Peace,
    HT
    IT Blog: .:Computer Defense:.
    PnCHd (Pronounced Pinched): Acronym - Point 'n Click Hacked. As in: "That website was pinched" or "The skiddie pinched my computer because I forgot to patch".

  3. #53
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    About the "included" firewall.as you can read in ms white paper, they recognized the instability and the inconvience that icf caused and with sp2 they are trying to make things better.what's wrong with that?if you don't like it, just disable (off) it and use norton, kerio, outpost , bla bla bla.symantec and other companies are specialized in making this kind of software.so there would be no comparison between ws and their firewall......but i still find the idea of bundling a firewall within win very good......

    lets take slackware linux for example.isnt netscape included in the standard installation of this distro?so why not windows have bundled software?oh oh i forgot linux is linux but windows sux.wake up you l33t gyus....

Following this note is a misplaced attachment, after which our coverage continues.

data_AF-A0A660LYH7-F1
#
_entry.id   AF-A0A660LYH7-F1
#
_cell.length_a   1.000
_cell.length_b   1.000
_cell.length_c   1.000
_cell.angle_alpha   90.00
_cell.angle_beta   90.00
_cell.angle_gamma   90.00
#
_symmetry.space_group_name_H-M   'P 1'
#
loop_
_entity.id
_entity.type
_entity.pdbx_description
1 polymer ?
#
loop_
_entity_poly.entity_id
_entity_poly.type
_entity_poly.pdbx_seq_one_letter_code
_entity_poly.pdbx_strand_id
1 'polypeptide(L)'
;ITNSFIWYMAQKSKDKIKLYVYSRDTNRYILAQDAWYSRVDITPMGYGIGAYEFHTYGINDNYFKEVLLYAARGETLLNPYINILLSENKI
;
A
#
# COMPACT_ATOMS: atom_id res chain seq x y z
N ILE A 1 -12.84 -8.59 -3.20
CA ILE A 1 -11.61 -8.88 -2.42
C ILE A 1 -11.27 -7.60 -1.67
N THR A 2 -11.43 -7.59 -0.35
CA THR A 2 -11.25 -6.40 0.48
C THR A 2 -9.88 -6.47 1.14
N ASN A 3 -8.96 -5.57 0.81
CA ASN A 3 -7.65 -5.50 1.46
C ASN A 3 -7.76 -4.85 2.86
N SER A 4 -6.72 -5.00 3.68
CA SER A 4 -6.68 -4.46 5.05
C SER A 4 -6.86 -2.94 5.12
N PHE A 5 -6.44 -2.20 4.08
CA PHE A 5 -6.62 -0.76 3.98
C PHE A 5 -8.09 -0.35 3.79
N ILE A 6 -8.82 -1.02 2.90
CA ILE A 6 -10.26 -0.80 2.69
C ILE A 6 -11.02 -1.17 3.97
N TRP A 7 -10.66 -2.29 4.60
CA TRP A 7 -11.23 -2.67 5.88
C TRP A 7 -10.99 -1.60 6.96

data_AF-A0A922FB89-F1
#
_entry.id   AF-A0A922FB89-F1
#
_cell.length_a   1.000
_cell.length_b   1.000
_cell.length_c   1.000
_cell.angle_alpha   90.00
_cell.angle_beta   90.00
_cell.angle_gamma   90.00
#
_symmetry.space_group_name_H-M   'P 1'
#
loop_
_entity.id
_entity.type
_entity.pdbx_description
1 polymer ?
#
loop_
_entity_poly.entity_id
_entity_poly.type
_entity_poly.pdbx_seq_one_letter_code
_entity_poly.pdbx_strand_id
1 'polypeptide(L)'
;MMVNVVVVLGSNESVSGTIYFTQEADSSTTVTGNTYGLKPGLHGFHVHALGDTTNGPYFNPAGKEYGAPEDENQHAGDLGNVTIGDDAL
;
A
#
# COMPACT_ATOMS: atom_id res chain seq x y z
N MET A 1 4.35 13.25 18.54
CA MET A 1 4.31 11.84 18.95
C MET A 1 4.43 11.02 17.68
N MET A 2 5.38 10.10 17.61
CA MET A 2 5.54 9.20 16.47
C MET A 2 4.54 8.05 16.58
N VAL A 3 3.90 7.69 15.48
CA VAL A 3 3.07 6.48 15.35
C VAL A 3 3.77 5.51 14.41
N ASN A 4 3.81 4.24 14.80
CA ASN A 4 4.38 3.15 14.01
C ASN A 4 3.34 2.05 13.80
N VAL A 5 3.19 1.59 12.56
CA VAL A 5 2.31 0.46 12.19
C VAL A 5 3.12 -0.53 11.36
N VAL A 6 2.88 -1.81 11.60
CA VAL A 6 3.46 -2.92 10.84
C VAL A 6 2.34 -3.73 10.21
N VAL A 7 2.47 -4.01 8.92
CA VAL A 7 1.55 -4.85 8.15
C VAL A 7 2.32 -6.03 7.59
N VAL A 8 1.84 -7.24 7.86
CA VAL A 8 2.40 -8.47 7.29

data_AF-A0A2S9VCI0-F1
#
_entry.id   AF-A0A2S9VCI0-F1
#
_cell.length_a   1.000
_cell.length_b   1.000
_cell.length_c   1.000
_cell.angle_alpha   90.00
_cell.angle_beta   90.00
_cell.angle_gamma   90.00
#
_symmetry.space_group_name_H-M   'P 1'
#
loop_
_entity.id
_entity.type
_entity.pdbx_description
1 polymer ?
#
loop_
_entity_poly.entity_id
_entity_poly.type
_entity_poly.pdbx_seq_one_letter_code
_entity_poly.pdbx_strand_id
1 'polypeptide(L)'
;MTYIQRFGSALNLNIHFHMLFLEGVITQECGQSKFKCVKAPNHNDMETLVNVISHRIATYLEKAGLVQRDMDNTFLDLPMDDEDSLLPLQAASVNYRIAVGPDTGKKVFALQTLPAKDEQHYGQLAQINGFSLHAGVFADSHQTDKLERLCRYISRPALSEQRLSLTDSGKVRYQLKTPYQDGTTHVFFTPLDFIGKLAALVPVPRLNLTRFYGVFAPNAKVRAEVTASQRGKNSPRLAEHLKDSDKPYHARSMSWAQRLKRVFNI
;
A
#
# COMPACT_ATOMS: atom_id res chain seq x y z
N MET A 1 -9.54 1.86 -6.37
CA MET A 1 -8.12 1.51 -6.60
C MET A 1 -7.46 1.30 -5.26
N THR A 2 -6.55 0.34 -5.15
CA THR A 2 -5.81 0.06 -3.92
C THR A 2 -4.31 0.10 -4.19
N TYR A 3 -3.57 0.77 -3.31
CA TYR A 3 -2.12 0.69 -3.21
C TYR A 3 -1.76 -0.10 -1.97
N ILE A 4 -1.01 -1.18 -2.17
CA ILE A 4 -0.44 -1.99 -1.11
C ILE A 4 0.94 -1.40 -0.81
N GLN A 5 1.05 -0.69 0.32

about fedora project.i think that they may trying to have some real earnings from this distro.its still free but for how long?EA games has recently announced that they will soon provide their games for linux too.and we are talking about real support.......hm support to a free OS?i don't think so.the present for linux is little support = no incombatibilities.i wonder how the future will be.wait and see.

    about phispreek or whatever.where exactly did u see in my previous thread that i was talking about you?another "behind my monitor clever guy" huh?
    i'm not gonna fight you back, dude.you really dont worth it.i expected much more politeness from a senior member.but i really dont give a ****.

    c ya
    www.rootforge.com


  4. #54
    Windows SP2 will not be including a built in AV solution.

    "Anti-virus vendors needn't worry at this stage. Despite dipping its toes into anti-virus tech last year Microsoft is not providing native virus scanning capabilities via SP2."

    Source: http://www.enterpriseitplanet.com/se...le.php/3317711